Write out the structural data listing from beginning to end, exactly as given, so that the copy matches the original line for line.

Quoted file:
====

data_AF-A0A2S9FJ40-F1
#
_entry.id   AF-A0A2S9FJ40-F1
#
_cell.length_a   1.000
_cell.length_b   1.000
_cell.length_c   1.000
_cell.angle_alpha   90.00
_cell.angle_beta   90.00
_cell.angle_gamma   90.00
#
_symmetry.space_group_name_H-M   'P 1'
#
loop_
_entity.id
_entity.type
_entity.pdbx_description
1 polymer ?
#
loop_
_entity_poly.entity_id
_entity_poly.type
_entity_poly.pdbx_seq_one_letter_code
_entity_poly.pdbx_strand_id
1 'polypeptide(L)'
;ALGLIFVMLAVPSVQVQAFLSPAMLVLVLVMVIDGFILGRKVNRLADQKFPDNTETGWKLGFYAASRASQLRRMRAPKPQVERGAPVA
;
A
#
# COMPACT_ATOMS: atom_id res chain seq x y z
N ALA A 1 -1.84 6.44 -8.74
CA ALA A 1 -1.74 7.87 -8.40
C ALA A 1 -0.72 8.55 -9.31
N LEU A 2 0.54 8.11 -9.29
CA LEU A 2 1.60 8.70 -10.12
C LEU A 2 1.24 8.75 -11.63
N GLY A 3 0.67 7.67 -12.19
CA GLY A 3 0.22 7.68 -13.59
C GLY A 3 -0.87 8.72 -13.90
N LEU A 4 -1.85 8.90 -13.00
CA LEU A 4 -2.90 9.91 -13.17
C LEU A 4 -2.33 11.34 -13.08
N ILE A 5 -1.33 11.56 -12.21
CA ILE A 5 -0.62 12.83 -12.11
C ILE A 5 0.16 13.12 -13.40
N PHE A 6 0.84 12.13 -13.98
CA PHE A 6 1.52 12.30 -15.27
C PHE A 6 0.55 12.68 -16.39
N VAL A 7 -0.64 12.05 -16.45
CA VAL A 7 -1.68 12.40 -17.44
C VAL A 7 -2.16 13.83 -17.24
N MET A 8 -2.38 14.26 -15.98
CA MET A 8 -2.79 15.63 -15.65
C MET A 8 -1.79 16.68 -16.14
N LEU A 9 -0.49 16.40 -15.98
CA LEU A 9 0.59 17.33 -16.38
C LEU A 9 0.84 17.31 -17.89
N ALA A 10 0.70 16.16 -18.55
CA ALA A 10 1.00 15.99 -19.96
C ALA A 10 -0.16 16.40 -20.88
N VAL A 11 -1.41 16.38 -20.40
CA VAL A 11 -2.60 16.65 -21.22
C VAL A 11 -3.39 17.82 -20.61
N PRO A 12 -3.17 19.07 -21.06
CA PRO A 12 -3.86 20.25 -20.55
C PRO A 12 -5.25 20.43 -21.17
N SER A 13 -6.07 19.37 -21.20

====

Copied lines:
data_AF-A0A2S9FJ40-F1
#
_entry.id   AF-A0A2S9FJ40-F1
#
_cell.length_a   1.000
_cell.length_b   1.000
_cell.length_c   1.000
_cell.angle_alpha   90.00
_cell.angle_beta   90.00
_cell.angle_gamma   90.00
#
_symmetry.space_group_name_H-M   'P 1'
#
loop_
_entity.id
_entity.type
_entity.pdbx_description
1 polymer ?
#
loop_
_entity_poly.entity_id
_entity_poly.type
_entity_poly.pdbx_seq_one_letter_code
_entity_poly.pdbx_strand_id
1 'polypeptide(L)'
;ALGLIFVMLAVPSVQVQAFLSPAMLVLVLVMVIDGFILGRKVNRLADQKFPDNTETGWKLGFYAASRASQLRRMRAPKPQVERGAPVA
;
A
#
# COMPACT_ATOMS: atom_id res chain seq x y z
N ALA A 1 -1.84 6.44 -8.74
CA ALA A 1 -1.74 7.87 -8.40
C ALA A 1 -0.72 8.55 -9.31
N LEU A 2 0.54 8.11 -9.29
CA LEU A 2 1.60 8.70 -10.12
C LEU A 2 1.24 8.75 -11.63
N GLY A 3 0.67 7.67 -12.19
CA GLY A 3 0.22 7.68 -13.59
C GLY A 3 -0.87 8.72 -13.90
N LEU A 4 -1.85 8.90 -13.00
CA LEU A 4 -2.90 9.91 -13.17
C LEU A 4 -2.33 11.34 -13.08
N ILE A 5 -1.33 11.56 -12.21
CA ILE A 5 -0.62 12.83 -12.11
C ILE A 5 0.16 13.12 -13.40
N PHE A 6 0.84 12.13 -13.98
CA PHE A 6 1.52 12.30 -15.27
C PHE A 6 0.55 12.68 -16.39
N VAL A 7 -0.64 12.05 -16.45
CA VAL A 7 -1.68 12.40 -17.44
C VAL A 7 -2.16 13.83 -17.24
N MET A 8 -2.38 14.26 -15.98
CA MET A 8 -2.79 15.63 -15.65
C MET A 8 -1.79 16.68 -16.14
N LEU A 9 -0.49 16.40 -15.98
CA LEU A 9 0.59 17.33 -16.38
C LEU A 9 0.84 17.31 -17.89
N ALA A 10 0.70 16.16 -18.55
CA ALA A 10 1.00 15.99 -19.96
C ALA A 10 -0.16 16.40 -20.88
N VAL A 11 -1.41 16.38 -20.40
CA VAL A 11 -2.60 16.65 -21.22
C VAL A 11 -3.39 17.82 -20.61
N PRO A 12 -3.17 19.07 -21.06
CA PRO A 12 -3.86 20.25 -20.55
C PRO A 12 -5.25 20.43 -21.17
N SER A 13 -6.07 19.37 -21.20